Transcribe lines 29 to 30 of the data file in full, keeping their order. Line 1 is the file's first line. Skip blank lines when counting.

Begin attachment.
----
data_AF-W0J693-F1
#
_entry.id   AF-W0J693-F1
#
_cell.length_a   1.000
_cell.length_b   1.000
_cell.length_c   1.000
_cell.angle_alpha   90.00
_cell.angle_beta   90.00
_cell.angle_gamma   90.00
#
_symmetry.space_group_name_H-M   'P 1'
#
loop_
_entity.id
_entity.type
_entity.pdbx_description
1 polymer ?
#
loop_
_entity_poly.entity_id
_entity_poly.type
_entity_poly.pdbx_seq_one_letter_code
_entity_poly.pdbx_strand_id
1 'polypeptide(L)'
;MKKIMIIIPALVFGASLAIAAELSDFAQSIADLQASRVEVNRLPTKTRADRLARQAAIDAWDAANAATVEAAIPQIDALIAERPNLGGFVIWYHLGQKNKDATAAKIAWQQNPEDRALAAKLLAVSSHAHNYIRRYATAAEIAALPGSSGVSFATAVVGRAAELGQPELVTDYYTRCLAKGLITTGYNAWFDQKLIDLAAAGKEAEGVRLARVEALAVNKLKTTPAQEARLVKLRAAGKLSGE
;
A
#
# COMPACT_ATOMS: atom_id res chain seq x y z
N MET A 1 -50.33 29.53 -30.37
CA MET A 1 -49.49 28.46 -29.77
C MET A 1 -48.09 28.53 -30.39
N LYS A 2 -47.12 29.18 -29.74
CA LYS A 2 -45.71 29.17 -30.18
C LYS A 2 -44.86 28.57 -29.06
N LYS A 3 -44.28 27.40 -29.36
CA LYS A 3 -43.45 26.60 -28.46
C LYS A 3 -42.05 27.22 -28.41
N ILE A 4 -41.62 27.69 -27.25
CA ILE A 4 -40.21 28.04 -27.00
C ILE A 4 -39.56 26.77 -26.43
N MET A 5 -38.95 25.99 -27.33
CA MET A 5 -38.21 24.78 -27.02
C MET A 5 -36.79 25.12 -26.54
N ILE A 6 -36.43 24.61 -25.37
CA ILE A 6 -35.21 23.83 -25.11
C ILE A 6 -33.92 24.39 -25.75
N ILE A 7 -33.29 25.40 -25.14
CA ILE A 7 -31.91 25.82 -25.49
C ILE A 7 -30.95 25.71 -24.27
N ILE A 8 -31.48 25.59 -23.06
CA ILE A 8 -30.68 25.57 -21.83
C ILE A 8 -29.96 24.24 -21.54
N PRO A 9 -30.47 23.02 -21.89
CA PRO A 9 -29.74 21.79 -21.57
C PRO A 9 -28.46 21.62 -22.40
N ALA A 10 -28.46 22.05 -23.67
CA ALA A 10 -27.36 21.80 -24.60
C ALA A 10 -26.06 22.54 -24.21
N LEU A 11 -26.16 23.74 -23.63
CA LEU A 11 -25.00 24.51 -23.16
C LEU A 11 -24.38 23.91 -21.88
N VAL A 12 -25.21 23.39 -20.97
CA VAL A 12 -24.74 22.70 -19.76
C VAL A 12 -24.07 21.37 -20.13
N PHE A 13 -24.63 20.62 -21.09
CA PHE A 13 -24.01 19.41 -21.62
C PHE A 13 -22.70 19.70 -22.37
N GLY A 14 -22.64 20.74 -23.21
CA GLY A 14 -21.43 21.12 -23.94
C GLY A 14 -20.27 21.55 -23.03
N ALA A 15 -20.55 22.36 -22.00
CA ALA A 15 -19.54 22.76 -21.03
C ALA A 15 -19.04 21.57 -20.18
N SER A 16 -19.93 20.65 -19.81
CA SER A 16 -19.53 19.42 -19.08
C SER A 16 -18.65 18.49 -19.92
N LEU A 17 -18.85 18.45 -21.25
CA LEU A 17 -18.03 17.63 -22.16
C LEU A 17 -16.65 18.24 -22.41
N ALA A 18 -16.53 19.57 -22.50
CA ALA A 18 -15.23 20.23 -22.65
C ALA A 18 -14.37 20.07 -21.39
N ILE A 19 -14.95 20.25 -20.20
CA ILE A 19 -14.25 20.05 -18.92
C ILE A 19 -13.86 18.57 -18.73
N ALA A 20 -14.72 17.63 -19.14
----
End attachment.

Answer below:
#
# COMPACT_ATOMS: atom_id res chain seq x y z